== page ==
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Avoiding the Prepaid Death Spiral

Steve Polsky

Imagine a situation where the active roster of every American football team, or the first-team squad of every Spanish soccer team, changed in its entirety every two years. No more Tom Brady and his six Superbowl successes for the Patriots; no more Lionel Messi and his 33 trophies with Barcelona.

Now, while some sports fans might like the idea of sharing those superstars around, imagine how the costs involved would continue to spiral as all the teams chased all the players all the time. No stability, no loyalty, no long-term relationships or planning -- just a constantly changing cast of characters.

It's no way to run a sports franchise, or indeed a business, where certainty and stability is usually required to make a real success of an enterprise. Amazingly though, that very scenario is being played out in prepaid mobile markets all across the world.

Prepaid is the great mobile market we don't talk about, yet its 5.7 billion users dominate the industry -- representing 71% of all mobile connections and accounting for 32%, or $265 billion, of global mobile service revenues.

New insight
Research carried out by Strategy Analytics has lifted the lid on the death spiral sitting at the heart of the prepaid market. The report -- "Death by a Thousand Nos" -- showed that, on average, operators in emerging markets must replace their entire prepaid subscriber base every two years; in some markets, the annual churn rates touched 80%. Imagine that in a region like Africa, where the prepaid market represents 94% of the continent's connections and 80% of its mobile revenues.

This never-ending cycle of churn and replace sees billions of dollars of operator opex being wasted annually, as operators chase their tails acquiring and re-acquiring the same constantly churning customers. In the eight markets that Strategy Analytics focused on for the research -- Argentina, Brazil, India, Malaysia, Mexico, the Philippines, South Africa and Thailand -- the operators collectively spent some $670 million in 2018 replacing lost prepaid subscribers.

It gets worse. In many cases, existing telco business models are actually geared towards trophy-hunting the same churning prepaid customers. In the last year, 90% of the cost of prepaid subscriber acquisition was devoted to replacing churning customers. Just 10% of the spend was focused on retention and revenue growth. In most businesses, this would be seen as folly and unsustainable. In the mobile market it is considered normal.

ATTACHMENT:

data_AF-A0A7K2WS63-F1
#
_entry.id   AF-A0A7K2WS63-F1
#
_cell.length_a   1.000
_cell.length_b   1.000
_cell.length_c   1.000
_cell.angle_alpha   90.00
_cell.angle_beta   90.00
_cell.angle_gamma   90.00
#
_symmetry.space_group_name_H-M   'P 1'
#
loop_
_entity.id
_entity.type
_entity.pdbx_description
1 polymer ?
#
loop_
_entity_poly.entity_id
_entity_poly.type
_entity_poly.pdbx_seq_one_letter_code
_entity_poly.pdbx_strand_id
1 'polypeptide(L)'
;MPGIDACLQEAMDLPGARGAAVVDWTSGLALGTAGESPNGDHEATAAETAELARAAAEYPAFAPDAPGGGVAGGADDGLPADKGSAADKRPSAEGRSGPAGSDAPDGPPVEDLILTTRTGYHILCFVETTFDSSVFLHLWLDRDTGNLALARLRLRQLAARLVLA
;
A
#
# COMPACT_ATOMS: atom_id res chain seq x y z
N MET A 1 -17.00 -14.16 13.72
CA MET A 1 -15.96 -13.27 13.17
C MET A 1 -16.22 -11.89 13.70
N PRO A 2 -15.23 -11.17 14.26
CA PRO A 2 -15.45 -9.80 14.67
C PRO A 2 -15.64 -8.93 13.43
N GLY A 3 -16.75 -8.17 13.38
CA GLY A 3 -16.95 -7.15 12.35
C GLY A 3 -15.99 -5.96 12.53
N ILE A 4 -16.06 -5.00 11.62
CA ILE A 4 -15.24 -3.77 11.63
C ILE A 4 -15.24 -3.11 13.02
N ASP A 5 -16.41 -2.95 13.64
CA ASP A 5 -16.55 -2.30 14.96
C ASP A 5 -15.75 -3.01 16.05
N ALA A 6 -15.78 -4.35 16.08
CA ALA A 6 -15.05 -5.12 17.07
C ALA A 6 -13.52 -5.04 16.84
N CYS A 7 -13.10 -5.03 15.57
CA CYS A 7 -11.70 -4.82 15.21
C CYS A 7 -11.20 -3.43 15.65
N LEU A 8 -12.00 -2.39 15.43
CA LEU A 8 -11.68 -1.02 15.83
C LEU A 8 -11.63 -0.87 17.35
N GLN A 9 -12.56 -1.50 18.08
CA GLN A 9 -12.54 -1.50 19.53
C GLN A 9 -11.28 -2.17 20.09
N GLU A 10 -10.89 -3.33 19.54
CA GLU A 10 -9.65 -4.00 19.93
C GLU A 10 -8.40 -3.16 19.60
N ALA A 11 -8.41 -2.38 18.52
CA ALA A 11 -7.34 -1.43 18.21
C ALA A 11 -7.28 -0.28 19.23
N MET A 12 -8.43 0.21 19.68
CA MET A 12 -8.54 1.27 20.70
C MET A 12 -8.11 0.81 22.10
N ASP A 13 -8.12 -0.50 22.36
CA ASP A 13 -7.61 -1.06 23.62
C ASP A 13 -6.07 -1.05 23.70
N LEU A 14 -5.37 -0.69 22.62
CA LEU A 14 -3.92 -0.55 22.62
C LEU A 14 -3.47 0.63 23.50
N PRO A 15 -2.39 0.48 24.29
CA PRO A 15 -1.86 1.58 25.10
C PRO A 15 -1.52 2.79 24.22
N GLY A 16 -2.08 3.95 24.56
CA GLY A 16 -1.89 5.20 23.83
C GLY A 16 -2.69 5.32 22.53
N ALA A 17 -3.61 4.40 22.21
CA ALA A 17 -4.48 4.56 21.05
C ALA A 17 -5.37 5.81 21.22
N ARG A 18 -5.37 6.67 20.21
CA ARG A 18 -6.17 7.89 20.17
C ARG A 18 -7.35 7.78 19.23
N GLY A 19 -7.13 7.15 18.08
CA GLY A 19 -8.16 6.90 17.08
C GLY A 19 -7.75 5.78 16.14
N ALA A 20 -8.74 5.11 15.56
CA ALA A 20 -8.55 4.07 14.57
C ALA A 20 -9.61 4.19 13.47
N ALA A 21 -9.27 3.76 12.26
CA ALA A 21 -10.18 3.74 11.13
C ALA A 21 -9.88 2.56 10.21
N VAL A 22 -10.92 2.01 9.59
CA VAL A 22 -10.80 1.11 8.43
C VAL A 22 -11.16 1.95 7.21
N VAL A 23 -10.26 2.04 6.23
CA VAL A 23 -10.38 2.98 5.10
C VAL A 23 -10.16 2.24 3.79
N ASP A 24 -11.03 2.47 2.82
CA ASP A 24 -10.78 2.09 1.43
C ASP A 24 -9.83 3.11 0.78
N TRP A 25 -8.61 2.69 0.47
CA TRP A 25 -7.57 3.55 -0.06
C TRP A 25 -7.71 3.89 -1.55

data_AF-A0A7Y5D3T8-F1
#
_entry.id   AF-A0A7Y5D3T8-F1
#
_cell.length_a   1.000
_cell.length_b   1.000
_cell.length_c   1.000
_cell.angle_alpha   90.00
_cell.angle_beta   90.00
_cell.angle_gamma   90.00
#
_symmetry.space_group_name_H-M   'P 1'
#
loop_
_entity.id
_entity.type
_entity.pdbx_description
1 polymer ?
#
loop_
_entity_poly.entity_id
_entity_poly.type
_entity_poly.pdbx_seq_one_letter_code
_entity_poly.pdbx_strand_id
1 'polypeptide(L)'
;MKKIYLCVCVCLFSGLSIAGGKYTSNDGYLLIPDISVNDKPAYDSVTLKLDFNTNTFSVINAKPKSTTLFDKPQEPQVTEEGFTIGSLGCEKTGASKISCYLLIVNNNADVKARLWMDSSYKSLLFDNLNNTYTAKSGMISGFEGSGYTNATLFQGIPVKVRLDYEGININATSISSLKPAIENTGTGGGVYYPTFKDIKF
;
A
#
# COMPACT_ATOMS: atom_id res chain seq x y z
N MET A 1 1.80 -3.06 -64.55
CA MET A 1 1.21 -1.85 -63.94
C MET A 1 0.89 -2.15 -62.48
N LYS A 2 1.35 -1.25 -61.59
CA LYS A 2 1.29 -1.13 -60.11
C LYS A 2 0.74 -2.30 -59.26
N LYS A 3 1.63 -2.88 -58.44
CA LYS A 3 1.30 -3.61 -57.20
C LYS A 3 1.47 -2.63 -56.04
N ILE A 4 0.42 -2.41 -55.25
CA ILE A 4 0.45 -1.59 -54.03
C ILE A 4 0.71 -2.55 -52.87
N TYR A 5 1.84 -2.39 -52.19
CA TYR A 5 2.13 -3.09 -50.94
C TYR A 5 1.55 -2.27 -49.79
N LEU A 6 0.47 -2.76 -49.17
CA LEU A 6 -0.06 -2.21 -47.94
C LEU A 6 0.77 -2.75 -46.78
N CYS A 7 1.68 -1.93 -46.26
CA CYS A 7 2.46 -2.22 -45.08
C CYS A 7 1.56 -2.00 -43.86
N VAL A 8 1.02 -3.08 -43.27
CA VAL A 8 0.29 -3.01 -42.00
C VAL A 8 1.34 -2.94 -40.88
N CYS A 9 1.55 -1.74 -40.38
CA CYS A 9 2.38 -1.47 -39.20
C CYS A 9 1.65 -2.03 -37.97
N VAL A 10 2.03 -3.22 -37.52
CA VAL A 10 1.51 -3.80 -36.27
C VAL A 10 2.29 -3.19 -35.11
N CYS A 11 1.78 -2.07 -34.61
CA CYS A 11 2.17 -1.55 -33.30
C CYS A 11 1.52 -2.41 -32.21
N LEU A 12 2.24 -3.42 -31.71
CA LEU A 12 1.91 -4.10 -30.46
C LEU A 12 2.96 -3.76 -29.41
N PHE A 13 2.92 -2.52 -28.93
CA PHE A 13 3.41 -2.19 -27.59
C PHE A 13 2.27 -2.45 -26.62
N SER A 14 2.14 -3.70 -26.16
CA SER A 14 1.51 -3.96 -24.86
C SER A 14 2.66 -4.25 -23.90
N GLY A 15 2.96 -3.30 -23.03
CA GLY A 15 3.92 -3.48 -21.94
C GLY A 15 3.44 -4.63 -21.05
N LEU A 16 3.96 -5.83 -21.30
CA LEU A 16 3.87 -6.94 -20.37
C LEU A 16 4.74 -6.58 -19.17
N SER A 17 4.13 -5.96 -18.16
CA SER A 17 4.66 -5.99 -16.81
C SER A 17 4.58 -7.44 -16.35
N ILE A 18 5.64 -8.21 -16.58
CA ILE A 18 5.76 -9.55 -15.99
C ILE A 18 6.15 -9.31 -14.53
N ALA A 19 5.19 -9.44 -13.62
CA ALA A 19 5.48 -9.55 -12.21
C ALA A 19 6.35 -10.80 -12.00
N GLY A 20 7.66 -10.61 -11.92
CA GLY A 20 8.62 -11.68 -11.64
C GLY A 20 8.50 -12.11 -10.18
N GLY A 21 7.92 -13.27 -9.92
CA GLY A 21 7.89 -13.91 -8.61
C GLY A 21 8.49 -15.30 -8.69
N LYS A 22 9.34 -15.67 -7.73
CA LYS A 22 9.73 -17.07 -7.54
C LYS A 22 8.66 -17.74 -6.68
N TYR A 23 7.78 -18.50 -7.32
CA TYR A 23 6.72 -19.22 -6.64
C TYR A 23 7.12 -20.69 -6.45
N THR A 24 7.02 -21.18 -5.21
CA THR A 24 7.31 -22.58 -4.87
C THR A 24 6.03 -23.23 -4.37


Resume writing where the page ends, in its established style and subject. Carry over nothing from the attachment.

However, the truth is that the current telco prepaid business model is not sustainable -- especially when the introduction of e-SIMs is going to make the whole process of switching operators even easier for everyone. This includes that highly valued and protected species of customer known as "post-paid."

Breaking free
So how do operators go about breaking the death spiral? What tools can reduce churn, build relationships and encourage loyalty? It can't be about airtime incentives or larger data bundles, because that's what every operator is doing, and is the key factor underpinning and encouraging the churn in the first place.

According to the Strategy Analytics data, one answer could be for operators to put an end to the culture that says "No" when a customer hits a zero balance -- something that occurs for the average prepaid customer once every week. Two things happen when a prepaid customer hits zero balance -- the first is that they stop using their phone; the second is that they start looking for a deal. Neither of these developments is good for their current operator.

Short-term thinking, a lack of trust, and an economy characterized by an aversion to risk that manifests itself in a tendency towards saying "No" rather than "Yes" are all part of the churn problem. A customer hitting zero balance should be an opportunity for the existing operator to retain them and encourage their loyalty, rather than a chance for a rival operator to acquire them.

A positive strategy
A prepaid customer proactively offered a low-risk, short-term credit facility, so that they can carry on making calls and accessing data services, will be deterred from shopping around for a better deal. The short-term credit is repaid when they top up. Saying "Yes" to that customer, at that time, can also mark the beginning of a longer-lasting, and mutually beneficial relationship -- one in which the customer gets access to more services, and the operator gets to learn more about that customer's identity.

Currently, prepaid users are virtually invisible to their operators. Many of them do not have any formal financial identity and this only encourages the "No" culture. But the operator that says "Yes" to a small interest-free airtime credit extension can then start to build a picture based on payback behavior, using machine learning to determine individualized lending criteria based on real-time data.

Using this model, customers can continue to borrow and pay back larger and larger amounts of credit. This will slowly build trust, reducing risk and forging a financial identity that creates a compelling reason to stay with their operator. Their SIM card has effectively become their first "formal" proof of financial identity and reliability, providing access to more sophisticated financial services.

Simply by saying "Yes" and meeting their customer's needs at the right time, operators can benefit from improved engagement, increased subscriber lifetime value, and ultimately, reduced churn. It turns out that saying "Yes" more often is the way to stave off "Death by a Thousand Nos" and to escape the prepaid death spiral.

— Steve Polsky, CEO, Juvo

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